To Thrive in Work and Life, Here's What Science Says You Need
You can quantify a company’s success in terms of revenue, customer base, a high-profile acquisition or an exit such as an IPO. But what about the more intangible qualities that make an individual prosperous, not just in terms of money or the workplace but in daily life?
A recent study conducted by the University of Bath sought to define exactly what it means to thrive.
"It appears to come down to an individual experiencing a sense of development, of getting better at something, and succeeding at mastering something,” lead author PhD candidate Daniel Brown explained in a summary of the research. "In the simplest terms, what underpins it is feeling good about life and yourself and being good at something."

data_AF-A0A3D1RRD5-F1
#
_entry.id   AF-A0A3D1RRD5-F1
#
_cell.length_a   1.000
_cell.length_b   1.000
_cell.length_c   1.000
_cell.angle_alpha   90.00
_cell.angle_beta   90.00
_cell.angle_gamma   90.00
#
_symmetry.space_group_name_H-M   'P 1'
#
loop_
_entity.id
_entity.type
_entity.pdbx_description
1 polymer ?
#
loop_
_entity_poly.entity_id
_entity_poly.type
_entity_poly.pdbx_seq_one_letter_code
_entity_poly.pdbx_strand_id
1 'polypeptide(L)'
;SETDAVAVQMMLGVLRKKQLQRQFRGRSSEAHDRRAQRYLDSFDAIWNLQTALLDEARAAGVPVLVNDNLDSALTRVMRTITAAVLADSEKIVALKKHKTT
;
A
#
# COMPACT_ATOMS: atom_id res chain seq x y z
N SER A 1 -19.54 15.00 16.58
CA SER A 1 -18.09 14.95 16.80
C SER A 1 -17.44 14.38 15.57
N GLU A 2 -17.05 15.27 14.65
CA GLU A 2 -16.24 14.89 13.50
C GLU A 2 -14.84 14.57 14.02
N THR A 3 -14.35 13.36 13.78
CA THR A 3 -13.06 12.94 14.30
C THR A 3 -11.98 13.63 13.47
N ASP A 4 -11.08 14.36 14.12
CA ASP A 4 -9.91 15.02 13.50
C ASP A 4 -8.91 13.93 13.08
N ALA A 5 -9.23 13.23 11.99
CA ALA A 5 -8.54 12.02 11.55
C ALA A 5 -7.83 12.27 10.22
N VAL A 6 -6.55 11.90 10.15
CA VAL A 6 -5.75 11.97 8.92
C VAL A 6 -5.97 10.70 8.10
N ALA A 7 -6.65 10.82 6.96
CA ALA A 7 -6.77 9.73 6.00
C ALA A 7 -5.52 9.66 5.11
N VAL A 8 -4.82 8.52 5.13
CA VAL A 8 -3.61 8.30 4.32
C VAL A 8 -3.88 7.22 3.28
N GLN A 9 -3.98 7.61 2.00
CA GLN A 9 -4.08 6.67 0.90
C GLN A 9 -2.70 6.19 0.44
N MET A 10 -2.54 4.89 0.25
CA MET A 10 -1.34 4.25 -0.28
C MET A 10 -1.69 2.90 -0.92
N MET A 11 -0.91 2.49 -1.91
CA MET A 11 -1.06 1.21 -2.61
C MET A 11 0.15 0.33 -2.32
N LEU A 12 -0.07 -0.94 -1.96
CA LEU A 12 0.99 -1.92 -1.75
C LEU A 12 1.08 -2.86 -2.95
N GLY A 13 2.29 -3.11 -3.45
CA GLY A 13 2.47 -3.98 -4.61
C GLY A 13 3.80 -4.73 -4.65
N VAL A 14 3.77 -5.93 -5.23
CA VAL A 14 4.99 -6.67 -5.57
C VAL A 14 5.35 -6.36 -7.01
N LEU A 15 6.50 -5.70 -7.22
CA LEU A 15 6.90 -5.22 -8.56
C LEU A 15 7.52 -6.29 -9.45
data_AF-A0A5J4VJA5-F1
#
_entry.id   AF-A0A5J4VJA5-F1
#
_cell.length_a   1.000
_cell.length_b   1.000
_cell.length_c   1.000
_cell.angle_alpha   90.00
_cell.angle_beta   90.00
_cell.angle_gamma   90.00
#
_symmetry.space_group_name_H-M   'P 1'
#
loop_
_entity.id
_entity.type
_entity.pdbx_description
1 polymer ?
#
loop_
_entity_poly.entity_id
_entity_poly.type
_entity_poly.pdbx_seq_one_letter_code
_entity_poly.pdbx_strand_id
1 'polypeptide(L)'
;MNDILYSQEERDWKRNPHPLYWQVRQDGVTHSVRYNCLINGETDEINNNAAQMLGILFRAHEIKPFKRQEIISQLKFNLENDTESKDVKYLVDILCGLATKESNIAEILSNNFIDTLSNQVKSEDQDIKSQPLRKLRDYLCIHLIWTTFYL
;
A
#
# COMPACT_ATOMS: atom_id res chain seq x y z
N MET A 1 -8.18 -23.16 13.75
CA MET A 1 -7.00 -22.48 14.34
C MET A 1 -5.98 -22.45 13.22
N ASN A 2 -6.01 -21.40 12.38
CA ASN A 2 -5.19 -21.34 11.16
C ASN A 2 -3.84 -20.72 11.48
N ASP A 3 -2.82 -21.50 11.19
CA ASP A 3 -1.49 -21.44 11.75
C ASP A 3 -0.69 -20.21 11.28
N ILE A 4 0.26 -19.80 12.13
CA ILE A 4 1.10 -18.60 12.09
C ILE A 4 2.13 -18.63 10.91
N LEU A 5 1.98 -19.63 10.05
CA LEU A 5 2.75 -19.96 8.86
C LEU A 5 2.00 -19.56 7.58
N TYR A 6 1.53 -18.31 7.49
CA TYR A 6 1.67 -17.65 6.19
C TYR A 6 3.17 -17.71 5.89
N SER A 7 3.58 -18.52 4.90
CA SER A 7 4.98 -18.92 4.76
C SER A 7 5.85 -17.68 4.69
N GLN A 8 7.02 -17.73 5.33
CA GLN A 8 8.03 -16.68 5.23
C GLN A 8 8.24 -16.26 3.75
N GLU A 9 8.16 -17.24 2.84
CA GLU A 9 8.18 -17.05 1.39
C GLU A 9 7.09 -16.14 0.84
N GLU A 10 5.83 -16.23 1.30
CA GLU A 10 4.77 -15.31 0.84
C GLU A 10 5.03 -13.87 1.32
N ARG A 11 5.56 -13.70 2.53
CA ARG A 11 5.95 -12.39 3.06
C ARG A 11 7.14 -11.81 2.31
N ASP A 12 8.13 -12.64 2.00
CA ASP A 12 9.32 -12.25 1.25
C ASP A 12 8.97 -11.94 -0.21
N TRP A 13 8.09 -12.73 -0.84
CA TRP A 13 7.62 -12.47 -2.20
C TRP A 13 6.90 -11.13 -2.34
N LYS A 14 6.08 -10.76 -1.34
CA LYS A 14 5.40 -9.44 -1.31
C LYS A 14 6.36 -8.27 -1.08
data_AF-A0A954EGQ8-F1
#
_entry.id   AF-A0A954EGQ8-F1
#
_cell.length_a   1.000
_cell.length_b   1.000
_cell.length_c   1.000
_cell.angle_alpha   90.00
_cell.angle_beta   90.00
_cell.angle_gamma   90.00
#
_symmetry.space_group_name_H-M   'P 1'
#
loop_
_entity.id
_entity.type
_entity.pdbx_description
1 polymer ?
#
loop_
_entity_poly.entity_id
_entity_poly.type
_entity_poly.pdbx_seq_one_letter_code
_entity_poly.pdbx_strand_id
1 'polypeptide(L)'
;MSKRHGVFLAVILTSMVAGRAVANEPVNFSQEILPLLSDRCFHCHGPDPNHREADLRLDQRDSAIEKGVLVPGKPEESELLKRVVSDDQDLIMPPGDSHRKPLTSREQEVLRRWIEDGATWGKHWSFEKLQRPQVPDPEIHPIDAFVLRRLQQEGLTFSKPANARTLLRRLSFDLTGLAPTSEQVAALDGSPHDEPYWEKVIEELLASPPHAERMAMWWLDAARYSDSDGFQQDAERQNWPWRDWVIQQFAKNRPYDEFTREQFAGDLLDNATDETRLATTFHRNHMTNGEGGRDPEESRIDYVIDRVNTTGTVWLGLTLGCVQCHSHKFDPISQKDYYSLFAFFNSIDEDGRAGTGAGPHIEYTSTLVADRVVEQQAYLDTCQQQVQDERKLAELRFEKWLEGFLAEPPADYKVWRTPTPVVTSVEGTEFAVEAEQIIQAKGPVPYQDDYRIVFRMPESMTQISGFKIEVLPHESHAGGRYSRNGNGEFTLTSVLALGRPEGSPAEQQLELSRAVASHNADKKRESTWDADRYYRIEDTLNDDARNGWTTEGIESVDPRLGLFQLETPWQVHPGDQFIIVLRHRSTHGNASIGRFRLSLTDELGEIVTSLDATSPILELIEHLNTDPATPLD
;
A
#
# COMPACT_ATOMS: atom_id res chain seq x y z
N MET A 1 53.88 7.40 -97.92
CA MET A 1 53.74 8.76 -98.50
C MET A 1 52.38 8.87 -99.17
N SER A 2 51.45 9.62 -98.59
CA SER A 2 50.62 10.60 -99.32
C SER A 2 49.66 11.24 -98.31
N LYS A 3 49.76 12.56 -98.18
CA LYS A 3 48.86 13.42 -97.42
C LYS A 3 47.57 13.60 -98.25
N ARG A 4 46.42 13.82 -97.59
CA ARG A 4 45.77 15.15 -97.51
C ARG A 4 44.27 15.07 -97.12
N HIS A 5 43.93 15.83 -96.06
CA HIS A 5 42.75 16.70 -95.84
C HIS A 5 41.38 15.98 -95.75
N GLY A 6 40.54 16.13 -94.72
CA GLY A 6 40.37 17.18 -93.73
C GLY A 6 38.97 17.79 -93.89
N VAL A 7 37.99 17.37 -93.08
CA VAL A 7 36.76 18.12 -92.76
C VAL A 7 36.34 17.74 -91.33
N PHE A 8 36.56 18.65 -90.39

Brown identified a number of traits or accomplishments that may lead someone to feel they are thriving. He noted that a thriving person is adaptable, flexible, motivated, optimistic, proactive, socially competent and spiritual or religious. Those who thrive also tend to enjoy learning, and they believe in themselves or have self-esteem.
Thriving individuals also have some or all of the following elements in their lives: challenges and difficulties that are at a manageable level; employer/family/other support; a calm environment; a high degree of autonomy; and a reputation of being competent.
To thrive, people don’t need to check all of the boxes above, but a combination of factors will stand them in good stead.
Do you think these traits lead to longterm success? Let us know in the comments.